Concord, NH - The New Hampshire Department of Health and Human Services (DHHS) Office of Medicaid Business and Policy (OMBP) is releasing a comprehensive report on information from the Healthcare Effectiveness Data and Information Set (HEDIS) measures. HEDIS measurement results are for employers and consumers to use in reviewing the performance and quality of their health plans and their health provider networks.
This report is part of OMBP's Comprehensive Health Care Information System (CHIS) project. The report uses 62 separate performance and utilization measures for New Hampshire and compares those against benchmarks for the nation, the New England region, and the Maine and Vermont region. The measures are organized into six health topic areas: Childhood and Adolescent Health Care, Adult Effectiveness of Care, Care for Chronic Illnesses, Maternity and Newborn Care, Mental Health and Substance Abuse Health Care, and Health Plan Satisfaction.
"This report provides a window into the overall quality of private health plans in the state," said DHHS Commissioner Nicholas Toumpas. "It shows New Hampshire residents, like their neighbors around New England are generally getting good care that they're satisfied with. However, certain measures do show room for improvement."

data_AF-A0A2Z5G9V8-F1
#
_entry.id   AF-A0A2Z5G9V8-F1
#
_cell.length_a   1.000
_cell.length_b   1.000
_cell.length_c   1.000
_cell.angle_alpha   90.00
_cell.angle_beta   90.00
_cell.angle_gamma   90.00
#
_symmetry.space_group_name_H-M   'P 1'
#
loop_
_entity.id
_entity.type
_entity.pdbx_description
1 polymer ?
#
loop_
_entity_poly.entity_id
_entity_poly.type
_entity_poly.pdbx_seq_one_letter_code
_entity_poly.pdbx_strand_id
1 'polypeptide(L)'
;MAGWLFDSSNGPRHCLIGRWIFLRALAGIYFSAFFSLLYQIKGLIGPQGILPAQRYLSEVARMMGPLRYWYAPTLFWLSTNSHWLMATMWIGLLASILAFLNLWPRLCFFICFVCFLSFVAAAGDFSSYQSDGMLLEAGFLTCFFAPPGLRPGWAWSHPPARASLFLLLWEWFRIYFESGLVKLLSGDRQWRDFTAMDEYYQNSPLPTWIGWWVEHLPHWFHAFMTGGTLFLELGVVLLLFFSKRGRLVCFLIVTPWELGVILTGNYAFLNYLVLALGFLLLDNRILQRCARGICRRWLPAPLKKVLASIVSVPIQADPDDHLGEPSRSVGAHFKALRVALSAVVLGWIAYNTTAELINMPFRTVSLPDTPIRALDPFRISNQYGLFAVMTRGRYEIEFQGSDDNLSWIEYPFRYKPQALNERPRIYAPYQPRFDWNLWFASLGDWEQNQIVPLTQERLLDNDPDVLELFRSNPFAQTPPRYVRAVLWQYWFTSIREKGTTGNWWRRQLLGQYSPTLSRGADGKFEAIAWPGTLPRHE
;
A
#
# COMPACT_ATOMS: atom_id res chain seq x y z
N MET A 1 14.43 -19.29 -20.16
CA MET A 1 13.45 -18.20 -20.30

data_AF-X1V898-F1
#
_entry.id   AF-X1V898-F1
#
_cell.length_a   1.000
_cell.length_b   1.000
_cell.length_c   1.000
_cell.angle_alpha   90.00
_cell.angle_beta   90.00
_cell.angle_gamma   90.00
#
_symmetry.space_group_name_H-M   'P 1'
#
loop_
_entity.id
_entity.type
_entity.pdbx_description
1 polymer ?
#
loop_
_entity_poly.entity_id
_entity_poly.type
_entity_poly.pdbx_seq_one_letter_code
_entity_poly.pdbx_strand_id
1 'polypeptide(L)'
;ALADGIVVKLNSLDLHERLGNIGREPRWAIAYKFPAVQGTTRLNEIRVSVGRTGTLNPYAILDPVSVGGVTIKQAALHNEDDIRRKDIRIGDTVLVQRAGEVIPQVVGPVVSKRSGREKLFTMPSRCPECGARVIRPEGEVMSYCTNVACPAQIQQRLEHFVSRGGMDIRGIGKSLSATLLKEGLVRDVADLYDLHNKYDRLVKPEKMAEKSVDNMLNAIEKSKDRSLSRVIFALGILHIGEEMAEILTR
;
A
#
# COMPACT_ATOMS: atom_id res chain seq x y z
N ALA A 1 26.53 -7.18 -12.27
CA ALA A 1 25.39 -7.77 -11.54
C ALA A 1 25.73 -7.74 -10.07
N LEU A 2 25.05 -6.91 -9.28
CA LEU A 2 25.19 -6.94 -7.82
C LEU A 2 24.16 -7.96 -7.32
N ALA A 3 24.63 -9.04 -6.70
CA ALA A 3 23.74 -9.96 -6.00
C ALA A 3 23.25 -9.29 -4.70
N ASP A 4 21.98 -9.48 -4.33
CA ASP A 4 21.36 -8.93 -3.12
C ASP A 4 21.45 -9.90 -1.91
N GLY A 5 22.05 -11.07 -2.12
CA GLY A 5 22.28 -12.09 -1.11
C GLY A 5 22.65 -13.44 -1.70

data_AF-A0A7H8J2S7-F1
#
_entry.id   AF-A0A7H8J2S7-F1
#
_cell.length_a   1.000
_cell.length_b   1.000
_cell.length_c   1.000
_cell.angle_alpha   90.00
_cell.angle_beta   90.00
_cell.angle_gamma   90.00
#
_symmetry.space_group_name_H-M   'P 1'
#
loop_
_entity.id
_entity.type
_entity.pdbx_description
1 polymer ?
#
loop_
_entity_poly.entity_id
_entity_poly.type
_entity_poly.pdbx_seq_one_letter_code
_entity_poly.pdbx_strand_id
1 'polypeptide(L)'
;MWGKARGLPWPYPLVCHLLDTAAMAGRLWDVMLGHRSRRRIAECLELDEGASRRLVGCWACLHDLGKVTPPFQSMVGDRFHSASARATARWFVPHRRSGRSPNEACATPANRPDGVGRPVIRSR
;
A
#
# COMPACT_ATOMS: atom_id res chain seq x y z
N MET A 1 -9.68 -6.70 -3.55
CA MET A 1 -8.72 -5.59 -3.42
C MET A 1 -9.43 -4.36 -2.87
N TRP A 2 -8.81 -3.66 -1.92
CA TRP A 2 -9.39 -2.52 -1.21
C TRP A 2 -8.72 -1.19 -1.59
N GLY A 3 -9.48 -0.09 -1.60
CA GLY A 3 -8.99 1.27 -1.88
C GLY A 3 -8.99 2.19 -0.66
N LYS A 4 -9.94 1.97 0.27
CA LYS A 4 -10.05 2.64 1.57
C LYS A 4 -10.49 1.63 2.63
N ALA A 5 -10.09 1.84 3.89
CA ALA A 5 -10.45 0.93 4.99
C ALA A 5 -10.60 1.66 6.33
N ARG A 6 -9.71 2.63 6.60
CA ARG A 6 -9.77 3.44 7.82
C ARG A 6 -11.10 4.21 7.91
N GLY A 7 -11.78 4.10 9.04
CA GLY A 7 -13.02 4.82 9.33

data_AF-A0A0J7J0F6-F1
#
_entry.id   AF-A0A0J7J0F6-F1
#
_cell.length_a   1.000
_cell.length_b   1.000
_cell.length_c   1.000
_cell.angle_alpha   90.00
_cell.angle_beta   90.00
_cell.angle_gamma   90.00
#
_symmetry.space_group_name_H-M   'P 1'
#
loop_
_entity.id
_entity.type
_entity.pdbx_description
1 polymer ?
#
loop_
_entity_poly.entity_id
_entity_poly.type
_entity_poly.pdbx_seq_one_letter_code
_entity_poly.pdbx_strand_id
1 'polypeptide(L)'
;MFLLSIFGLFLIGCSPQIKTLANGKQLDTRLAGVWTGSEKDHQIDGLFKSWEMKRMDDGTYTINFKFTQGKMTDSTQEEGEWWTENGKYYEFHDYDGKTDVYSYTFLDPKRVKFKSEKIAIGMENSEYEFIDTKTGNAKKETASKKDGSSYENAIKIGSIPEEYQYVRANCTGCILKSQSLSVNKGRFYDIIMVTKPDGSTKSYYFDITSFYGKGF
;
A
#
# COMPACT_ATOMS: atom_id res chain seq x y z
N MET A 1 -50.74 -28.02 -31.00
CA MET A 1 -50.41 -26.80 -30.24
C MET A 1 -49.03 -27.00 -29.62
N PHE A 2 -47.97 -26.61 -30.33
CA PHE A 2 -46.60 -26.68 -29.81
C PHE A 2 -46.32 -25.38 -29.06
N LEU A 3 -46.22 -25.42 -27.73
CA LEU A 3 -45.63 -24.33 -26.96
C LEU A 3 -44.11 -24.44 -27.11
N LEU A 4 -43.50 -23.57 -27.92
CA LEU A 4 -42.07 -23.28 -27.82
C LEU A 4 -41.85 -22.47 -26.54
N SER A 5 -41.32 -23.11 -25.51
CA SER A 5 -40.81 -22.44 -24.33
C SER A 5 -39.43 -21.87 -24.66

The report is a follow up to one released in 2006. As in the earlier report, New Hampshire continues to demonstrate favorable results, exceeding 2007 national benchmarks for 43 out of 48 quality performance measures. Of the 43 measures that exceeded 2007 national benchmarks, 41 of them were significantly above average.
Other results indicated in the report show most New Hampshire residents were satisfied with their health plan. They rated their physicians highly in overall care, access to immediate care, ease in scheduling appointments, and communication. Opportunities for improvement exist in the areas of education by physicians about preventing illness, counseling on smoking cessation and written communications from health plans to members.
"By understanding the experiences of patients in the privately insured population we are better able to assess the New Hampshire Medicaid population on similar measures," said DHHS Medicaid Director Kathleen Dunn. "The information can then be used to inform decision making by state policy makers including the legislature." To see the study, visit the DHHS website:http://www.dhhs.state.nh.us/DHHS/OMBP/LIBRARY